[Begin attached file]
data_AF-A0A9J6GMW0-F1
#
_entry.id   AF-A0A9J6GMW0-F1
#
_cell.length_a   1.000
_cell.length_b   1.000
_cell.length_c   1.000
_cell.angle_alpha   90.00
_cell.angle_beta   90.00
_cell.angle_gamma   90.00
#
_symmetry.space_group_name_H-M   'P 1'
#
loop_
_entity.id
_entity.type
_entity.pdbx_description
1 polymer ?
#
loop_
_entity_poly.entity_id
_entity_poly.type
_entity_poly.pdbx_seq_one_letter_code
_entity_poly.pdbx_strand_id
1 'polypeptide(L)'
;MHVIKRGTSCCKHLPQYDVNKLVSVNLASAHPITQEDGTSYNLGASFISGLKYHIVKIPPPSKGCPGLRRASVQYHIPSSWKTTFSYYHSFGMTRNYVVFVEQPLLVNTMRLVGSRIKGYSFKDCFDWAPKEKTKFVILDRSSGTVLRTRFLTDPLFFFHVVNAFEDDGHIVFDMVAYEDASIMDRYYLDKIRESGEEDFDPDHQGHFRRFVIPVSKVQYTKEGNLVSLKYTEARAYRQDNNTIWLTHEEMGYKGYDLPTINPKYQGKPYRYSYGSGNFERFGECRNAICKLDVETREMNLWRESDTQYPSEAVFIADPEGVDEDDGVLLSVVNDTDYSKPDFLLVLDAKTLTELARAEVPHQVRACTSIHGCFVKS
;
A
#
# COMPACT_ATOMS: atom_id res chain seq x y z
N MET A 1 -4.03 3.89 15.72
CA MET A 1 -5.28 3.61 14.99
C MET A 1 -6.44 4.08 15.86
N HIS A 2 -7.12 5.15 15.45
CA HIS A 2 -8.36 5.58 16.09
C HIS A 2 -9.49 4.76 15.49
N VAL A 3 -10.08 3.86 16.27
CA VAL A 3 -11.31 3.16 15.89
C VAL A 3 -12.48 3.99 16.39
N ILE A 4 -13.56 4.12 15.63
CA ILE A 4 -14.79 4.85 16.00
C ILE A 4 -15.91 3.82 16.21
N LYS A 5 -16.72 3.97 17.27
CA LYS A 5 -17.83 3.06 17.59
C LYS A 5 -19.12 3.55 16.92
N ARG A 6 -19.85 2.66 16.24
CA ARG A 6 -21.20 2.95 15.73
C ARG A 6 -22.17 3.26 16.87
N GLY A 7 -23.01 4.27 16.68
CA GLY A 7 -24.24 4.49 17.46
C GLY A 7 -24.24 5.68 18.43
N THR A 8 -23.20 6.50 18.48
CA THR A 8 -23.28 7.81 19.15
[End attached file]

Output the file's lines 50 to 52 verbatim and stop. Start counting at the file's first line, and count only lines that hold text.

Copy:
CA GLY A 7 -24.24 4.49 17.46
C GLY A 7 -24.24 5.68 18.43
N THR A 8 -23.20 6.50 18.48